Labour's Trevor Mallard has been labelled loopy and unusual for his outlandish plan to bring native bird the moa back from extinction.
It has been dead for centuries but for the Hutt South MP, that is just a technicality. He wants them roaming his electorate within 50 years.
"I'd like ones I can pat on the head," he says.
Mr Mallard says moa DNA extracted from egg shells is enough to bring them back to life. A similar scheme involving dinosaurs was the premise of the movie Jurassic Park.
"I don't want the massive moa up the park where many of us walk because they're 3.5 metres tall and weigh 240kg. They would be dangerous, but there are some smaller ones.
"We're unlikely to get any dinosaurs in Wainuiomata."
National thinks Mr Mallard has lost the plot. Judith Collins labelled him "an unusual person" and Nick Smith says the proposal is "really out in the loopy territory".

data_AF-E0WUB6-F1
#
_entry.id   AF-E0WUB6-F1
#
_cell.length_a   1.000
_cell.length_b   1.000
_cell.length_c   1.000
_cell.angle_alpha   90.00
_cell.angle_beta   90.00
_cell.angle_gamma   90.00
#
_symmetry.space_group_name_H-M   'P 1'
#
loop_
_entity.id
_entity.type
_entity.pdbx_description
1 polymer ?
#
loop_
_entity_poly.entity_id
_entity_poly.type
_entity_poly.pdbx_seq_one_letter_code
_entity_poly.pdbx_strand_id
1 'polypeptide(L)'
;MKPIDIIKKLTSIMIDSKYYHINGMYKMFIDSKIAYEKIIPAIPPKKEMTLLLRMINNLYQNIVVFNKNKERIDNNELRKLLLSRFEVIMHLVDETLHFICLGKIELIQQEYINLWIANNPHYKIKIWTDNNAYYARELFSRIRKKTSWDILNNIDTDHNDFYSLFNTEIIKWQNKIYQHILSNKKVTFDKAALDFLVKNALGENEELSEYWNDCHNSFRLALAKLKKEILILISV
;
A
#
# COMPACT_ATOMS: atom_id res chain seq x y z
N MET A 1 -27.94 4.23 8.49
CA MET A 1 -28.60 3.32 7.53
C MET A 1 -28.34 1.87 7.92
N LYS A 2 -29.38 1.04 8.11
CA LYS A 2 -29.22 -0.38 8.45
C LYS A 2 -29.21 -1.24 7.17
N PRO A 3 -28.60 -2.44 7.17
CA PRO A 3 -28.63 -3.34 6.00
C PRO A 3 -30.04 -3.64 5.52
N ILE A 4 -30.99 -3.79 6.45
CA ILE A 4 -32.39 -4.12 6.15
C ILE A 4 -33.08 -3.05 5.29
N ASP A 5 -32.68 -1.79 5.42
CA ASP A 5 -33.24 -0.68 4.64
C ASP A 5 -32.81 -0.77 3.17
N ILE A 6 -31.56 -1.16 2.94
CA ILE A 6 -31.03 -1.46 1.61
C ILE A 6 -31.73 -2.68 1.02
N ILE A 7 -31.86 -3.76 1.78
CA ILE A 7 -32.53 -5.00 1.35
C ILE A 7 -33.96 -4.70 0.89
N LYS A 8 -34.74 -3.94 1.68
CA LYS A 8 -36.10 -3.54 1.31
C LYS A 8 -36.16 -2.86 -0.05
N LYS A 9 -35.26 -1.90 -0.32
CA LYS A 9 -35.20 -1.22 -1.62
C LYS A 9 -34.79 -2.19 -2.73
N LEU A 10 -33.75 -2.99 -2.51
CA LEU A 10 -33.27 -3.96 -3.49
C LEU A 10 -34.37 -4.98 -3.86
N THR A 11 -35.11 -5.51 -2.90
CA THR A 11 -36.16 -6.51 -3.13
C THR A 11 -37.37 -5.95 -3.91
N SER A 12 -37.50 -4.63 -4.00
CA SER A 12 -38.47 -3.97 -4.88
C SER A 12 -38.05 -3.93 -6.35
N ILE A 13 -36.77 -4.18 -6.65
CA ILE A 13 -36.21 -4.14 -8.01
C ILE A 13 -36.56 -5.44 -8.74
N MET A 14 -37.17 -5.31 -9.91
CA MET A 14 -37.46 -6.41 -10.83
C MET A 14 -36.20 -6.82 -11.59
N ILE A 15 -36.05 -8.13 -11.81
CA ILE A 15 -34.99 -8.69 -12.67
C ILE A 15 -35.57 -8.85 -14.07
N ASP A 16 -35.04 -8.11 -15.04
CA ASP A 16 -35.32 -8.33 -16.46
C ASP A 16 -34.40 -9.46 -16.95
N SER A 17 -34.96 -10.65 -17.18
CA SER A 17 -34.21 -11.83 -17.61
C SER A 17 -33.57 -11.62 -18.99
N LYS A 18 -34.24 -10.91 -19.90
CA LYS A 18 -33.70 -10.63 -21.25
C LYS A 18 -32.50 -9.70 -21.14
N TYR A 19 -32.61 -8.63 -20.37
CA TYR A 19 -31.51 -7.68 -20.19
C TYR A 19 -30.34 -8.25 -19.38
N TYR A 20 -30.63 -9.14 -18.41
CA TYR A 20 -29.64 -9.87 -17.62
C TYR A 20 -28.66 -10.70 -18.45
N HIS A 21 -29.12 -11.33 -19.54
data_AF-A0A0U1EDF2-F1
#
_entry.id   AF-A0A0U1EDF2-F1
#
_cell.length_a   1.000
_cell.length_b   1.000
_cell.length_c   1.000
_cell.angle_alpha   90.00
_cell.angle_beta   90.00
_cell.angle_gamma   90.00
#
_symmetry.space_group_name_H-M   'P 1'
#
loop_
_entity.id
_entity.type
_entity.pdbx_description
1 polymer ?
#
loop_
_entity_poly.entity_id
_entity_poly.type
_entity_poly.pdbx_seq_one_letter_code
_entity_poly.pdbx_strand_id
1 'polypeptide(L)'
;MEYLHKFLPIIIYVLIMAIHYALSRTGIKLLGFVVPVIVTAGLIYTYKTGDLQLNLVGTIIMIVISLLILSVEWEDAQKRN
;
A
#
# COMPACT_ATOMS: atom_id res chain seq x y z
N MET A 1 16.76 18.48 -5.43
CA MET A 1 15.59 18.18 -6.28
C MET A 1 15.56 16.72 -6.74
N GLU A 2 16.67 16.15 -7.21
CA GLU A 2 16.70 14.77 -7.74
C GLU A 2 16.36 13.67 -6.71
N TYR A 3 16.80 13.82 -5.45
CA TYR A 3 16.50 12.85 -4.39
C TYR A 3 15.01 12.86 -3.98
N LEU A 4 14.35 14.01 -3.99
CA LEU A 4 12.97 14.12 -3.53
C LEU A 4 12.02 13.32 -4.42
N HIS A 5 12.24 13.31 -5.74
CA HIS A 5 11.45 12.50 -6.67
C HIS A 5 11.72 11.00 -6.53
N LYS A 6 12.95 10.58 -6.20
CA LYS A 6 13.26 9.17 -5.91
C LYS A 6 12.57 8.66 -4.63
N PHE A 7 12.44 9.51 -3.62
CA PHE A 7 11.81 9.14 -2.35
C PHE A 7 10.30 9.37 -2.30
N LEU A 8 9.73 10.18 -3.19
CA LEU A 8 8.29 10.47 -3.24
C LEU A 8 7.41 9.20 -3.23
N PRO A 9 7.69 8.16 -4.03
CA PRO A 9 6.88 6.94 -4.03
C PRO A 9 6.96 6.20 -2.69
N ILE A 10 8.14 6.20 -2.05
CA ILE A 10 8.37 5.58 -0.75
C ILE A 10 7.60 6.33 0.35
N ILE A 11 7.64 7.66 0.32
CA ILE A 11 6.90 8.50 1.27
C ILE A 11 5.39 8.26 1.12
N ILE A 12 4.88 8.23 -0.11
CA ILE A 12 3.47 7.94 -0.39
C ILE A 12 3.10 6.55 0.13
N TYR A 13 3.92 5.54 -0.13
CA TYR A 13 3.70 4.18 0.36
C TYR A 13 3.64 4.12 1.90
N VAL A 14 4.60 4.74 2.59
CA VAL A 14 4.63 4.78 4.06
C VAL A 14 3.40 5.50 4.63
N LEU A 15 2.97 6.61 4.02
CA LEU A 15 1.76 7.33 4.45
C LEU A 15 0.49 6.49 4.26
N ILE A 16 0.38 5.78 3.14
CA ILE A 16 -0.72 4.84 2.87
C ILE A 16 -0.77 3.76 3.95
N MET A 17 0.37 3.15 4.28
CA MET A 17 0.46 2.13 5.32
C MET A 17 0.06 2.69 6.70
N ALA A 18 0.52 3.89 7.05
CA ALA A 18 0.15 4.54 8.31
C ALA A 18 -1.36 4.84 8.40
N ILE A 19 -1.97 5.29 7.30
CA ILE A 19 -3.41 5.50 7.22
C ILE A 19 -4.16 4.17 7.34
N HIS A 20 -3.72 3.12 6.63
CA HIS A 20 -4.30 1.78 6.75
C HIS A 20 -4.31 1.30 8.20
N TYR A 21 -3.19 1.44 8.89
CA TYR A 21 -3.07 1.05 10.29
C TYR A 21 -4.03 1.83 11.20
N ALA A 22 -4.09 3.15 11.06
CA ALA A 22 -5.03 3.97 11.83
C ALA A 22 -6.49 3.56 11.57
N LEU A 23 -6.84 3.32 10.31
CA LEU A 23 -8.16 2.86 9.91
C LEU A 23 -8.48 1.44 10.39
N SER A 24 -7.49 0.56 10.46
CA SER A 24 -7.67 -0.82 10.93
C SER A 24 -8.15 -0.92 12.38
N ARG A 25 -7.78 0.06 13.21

"But maybe there's a few of them hanging around their caucus," jokes Prime Minister John Key.
"Colonel Mallard and his Hutt-fried moa," says National's Gerry Brownlee.
Cloned DNA brought extinct Spanish goat the bucardo back to life for seven minutes. Scientists are also close to bringing the gastric-brooding frog back from extinction.
"I don't think this one's going to fly," says Labour Party leader David Cunliffe. "The moa's not a goer."
But Mr Mallard disagrees.
"The moa will be a goer."
For nearly two weeks Labour struggled to reclaim the agenda. It could not shake the Donghua Liu drama. Now it has, with a pitch to revive a bird that has been extinct for 600 years. It is probably not what Mr Cunliffe had in mind.
source: newshub archive